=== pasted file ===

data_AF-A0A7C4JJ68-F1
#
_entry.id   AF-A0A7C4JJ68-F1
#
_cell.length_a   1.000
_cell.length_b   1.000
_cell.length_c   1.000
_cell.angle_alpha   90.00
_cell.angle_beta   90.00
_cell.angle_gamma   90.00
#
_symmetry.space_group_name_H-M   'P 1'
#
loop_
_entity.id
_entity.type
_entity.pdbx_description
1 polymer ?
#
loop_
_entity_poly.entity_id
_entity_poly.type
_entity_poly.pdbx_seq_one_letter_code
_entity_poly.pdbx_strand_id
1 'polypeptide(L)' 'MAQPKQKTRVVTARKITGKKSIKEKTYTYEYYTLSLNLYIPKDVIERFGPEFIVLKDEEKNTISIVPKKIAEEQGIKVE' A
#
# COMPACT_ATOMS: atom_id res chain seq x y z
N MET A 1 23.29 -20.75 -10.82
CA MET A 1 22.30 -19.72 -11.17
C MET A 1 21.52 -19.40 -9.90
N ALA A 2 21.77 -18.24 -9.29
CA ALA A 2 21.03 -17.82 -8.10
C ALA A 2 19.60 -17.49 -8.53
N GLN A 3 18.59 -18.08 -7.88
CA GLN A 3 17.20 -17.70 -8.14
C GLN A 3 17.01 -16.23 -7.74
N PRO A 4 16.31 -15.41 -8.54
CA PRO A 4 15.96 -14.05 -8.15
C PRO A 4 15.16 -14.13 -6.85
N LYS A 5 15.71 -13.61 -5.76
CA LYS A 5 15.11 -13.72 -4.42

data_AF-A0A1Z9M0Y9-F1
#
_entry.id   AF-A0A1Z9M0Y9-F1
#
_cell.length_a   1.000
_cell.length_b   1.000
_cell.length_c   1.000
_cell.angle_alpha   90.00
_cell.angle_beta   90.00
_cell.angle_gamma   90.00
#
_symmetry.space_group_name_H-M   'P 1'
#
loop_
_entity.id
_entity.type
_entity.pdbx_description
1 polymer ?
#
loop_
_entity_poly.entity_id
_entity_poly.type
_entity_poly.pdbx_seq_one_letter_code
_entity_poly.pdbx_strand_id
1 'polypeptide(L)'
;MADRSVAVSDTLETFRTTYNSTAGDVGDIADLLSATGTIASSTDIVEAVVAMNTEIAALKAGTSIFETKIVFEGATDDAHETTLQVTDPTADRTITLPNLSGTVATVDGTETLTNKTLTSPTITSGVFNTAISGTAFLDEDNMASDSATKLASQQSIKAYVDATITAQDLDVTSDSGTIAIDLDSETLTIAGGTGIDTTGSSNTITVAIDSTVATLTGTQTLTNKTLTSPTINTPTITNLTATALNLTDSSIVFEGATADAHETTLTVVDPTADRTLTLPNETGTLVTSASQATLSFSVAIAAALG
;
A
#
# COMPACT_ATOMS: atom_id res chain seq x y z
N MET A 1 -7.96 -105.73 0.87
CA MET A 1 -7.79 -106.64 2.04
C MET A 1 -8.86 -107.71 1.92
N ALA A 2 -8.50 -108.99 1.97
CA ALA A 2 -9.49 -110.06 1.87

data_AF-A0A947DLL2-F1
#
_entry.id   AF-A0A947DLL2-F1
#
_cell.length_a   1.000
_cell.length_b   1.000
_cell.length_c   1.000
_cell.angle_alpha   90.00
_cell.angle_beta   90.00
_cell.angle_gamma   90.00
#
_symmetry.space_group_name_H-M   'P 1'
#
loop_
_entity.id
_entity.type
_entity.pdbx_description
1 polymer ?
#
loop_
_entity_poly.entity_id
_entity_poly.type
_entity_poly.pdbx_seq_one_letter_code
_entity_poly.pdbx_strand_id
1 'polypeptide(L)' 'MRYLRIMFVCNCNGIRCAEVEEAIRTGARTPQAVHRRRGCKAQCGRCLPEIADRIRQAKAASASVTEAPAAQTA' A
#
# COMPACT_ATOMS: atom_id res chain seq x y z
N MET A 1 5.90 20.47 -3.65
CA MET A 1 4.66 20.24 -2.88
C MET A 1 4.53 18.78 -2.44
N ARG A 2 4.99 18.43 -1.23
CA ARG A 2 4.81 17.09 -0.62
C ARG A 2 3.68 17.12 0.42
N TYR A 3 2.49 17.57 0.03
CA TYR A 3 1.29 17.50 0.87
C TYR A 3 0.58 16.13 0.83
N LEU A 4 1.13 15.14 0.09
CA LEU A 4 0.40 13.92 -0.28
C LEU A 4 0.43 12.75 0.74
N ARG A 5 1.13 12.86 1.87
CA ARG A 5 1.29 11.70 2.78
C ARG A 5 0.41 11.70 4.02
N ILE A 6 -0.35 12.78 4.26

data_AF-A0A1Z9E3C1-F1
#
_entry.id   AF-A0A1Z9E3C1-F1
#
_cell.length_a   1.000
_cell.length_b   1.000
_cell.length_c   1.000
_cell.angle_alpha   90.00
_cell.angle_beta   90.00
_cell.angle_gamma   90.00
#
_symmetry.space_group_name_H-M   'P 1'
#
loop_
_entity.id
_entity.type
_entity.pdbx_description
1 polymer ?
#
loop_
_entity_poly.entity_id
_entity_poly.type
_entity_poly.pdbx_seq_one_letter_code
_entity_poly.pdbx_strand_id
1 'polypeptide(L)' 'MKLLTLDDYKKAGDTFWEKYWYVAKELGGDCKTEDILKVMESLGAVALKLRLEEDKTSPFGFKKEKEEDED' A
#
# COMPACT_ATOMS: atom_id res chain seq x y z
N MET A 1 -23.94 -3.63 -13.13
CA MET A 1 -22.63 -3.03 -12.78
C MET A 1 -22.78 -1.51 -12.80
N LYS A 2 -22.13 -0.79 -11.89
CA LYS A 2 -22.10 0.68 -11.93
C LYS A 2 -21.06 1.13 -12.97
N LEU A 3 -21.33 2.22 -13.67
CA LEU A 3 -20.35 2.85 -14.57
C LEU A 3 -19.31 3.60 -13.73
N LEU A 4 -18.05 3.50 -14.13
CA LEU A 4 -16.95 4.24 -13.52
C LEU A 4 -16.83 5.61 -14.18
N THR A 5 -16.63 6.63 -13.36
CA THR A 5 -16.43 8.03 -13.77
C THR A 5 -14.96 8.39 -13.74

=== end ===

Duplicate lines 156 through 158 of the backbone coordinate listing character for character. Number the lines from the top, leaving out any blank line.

N LEU A 4 -18.05 3.50 -14.13
CA LEU A 4 -16.95 4.24 -13.52
C LEU A 4 -16.83 5.61 -14.18